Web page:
Sustainable Materials Development and Microstructural Tailoring
The goal of microscale research within this project is the development of new infrastructure materials which serve to maximize three sustainability indicators; social well being, economic performance, and environmental protection. The unique development process behind these materials is shown in the figure below. Schematically embodied below is the top portion of the integrated materials design framework for sustainable infrastructure (Process Loop “A”). This material design approach begins with an engineering and environmental evaluation of current raw material inputs and systematically replaces virgin components with industrial wastes or recycled materials. Once a small pool of acceptable replacement materials is defined which meet both mechanical and sustainability standards, microstructural tailoring of the material can proceed by engineering each material component, and the microscale interactions among them, for maximum composite performance. Finally, the finalized material properties are defined and matched with an appropriate infrastructure application demanding that exact mechanical performance, resulting in an efficient and sustainable use of materials for each chosen application.
Engineered Cementitious Composites (ECC)
While the above material development paradigm can be applied to nearly any infrastructure material, this study focuses on a unique cementitious composite called Engineered Cementitious Composites (ECC). This class of high performance fiber reinforced cementitious composites (HPFRCC) was developed using micromechanical design principles to achieve performance much higher than plain or conventionally reinforced concrete. Rather than forming cracks and loosing strength under tensile load, as in the case of concrete, ECC material performs similar to ductile metals like aluminum by strain-hardening, or “stretching” as higher load is applied. This allows ECC to be a very versatile component of many infrastructure applications, while proving very durable and extending the service life of infrastructure far beyond current expectations. The typical tensile load response for ECC material is shown below. For more information about ECC material, current applications and uses, or microstructural tailoring, please visit the Advanced Civil Engineering Materials Research Laboratory website at http://ace-mrl.engin.umich.edu/NewFiles/projects/env_proj.html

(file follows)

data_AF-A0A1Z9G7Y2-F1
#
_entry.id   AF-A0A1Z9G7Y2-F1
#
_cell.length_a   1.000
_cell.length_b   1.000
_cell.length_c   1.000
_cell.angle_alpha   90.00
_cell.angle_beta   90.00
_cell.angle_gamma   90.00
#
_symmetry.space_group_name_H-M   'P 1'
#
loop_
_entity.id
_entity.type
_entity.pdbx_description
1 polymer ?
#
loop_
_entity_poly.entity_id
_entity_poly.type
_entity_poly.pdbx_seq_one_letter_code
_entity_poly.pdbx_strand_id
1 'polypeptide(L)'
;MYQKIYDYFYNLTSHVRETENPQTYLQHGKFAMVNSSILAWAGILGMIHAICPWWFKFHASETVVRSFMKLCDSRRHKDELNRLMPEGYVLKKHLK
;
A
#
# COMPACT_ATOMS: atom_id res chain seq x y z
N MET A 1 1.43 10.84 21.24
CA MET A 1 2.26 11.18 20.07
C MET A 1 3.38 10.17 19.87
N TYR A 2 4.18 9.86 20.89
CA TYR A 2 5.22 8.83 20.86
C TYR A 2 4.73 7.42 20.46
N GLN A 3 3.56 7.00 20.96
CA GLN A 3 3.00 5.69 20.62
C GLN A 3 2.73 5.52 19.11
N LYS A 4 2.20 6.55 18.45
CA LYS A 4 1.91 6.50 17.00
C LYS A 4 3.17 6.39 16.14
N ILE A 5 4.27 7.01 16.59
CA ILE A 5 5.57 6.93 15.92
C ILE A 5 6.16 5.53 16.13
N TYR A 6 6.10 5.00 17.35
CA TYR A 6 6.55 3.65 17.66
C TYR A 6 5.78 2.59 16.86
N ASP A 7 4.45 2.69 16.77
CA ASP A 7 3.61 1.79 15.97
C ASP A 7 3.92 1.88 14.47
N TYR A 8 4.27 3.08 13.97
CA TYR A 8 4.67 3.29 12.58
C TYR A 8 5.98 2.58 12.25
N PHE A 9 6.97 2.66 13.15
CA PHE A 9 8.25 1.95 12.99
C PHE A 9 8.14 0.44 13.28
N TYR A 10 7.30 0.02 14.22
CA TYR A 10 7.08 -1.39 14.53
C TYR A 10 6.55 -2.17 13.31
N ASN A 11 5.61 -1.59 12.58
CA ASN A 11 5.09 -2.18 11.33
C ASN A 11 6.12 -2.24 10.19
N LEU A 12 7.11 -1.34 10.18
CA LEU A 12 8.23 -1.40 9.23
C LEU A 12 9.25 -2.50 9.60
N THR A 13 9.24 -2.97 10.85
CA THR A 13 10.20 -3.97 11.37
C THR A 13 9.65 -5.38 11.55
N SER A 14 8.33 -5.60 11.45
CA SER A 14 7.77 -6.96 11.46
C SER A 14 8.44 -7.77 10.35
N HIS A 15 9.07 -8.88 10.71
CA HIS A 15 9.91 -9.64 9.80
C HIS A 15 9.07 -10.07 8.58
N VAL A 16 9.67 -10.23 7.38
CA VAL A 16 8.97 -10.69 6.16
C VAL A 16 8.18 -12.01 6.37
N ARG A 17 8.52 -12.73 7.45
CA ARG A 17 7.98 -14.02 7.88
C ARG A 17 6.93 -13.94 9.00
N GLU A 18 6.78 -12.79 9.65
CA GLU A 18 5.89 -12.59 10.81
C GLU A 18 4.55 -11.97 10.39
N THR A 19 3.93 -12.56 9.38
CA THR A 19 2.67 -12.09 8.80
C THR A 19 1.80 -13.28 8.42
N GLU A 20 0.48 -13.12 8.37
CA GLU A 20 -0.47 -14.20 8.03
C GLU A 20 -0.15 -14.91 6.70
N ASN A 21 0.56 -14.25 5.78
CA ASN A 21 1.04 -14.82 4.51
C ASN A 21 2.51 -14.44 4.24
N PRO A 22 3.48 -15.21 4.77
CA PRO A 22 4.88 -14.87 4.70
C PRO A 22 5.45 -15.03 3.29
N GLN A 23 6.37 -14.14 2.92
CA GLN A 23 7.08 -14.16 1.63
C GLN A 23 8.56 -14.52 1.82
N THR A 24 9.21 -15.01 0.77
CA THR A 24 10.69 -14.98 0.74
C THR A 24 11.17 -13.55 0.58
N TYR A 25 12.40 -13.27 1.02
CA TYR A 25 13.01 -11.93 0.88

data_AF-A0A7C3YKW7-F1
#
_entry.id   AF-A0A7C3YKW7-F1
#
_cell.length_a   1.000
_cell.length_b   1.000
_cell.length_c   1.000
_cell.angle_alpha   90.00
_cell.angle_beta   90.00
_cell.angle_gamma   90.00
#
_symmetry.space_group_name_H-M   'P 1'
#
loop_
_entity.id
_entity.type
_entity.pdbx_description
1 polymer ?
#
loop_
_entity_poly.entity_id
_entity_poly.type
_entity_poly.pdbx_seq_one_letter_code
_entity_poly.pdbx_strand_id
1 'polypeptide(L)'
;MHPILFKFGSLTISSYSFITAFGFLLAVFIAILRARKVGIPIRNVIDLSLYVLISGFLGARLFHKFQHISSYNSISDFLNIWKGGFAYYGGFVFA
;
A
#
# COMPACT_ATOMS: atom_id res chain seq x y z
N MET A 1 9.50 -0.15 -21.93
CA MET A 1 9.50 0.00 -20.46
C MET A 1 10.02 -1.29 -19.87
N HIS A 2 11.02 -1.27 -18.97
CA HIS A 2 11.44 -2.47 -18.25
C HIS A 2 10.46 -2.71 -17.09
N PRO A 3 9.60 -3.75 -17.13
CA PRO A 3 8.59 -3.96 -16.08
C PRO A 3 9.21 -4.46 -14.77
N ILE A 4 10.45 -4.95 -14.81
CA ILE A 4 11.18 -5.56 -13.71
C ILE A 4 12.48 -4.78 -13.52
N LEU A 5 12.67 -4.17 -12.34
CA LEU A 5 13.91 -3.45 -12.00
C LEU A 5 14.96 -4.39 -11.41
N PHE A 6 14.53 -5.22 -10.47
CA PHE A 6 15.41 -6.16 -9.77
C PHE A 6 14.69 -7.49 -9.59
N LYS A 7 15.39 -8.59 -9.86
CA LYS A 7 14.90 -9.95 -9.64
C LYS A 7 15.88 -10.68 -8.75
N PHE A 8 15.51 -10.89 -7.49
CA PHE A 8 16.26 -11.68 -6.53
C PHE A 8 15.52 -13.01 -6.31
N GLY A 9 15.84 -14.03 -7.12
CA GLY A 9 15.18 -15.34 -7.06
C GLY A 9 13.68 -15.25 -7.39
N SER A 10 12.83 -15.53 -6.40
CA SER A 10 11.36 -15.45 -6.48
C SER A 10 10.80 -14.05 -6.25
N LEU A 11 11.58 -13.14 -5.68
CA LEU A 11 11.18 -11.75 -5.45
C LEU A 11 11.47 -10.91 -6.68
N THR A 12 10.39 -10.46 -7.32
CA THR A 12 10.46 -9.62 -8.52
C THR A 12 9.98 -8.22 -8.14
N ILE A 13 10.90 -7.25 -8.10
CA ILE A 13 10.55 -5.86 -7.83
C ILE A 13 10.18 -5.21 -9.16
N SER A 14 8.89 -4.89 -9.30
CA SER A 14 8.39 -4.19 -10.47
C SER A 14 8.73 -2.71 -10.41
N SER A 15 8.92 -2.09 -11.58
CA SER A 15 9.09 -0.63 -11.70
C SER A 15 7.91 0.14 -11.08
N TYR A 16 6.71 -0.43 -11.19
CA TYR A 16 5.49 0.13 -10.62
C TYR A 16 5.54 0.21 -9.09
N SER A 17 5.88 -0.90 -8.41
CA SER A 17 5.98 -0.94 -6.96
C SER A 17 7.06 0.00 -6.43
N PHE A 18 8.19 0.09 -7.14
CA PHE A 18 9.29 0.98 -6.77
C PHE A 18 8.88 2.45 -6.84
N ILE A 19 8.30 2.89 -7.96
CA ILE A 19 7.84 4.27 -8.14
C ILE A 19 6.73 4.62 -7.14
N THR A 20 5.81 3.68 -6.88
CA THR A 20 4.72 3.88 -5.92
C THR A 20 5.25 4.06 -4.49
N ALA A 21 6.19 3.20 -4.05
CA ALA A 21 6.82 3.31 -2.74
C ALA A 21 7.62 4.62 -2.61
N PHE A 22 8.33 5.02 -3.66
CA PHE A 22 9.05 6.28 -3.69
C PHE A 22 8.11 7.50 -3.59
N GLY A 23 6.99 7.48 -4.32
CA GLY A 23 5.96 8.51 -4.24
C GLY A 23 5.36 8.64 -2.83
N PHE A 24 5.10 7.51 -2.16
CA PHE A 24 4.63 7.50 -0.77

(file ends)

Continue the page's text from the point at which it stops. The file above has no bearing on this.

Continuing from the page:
Green ECC Development
Using the materials development paradigm developed above, along with established micromechanical design guidelines, a number of new ECC mix formulations have been developed which incorporate significant amounts of industrial waste products. These waste products have displaced most of the virgin materials, making these ECC versions some of the most advanced sustainable infrastructure materials currently being developed. Waste materials which have been investigated thus far include waste fly ash from coal fired power plants, blast furnace slag, post consumer carpet fibers, waste foundry sand, shredded office machine waste, waste polystyrene beads. Each of these materials underwent preliminary micromechanical, chemical, and environmental impact analyses to determine if they were acceptable component materials for ECC. Following preliminary analysis, a number of these wastes, including fly ash, waste foundry sand, and post consumer carpet fibers, have undergone further micromechanical study. The outcome of these studies have resulted in highly tailored versions of ECC material which are perfectly matched to individual infrastructure applications depending on the required mechanical performance.
In addition to matching specific versions of green ECC material to current infrastructure applications, material selection charts, similar to those developed by Ashby, are also being developed. An example of one of these charts is shown below. This will allow designers to simply select a version of green ECC which maximizes sustainability indicators while still meeting all of the necessary engineering (i.e. mechanical and structural) demands of the infrastructure system. For more information specifically on Green ECC development within this NSF grant, please visit the MUSES portion of the Advanced Civil Engineering Materials Research Laboratory website at http://ace-mrl.engin.umich.edu/NewFiles/projects/env_proj.html
University of Michigan
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October 16, 2006
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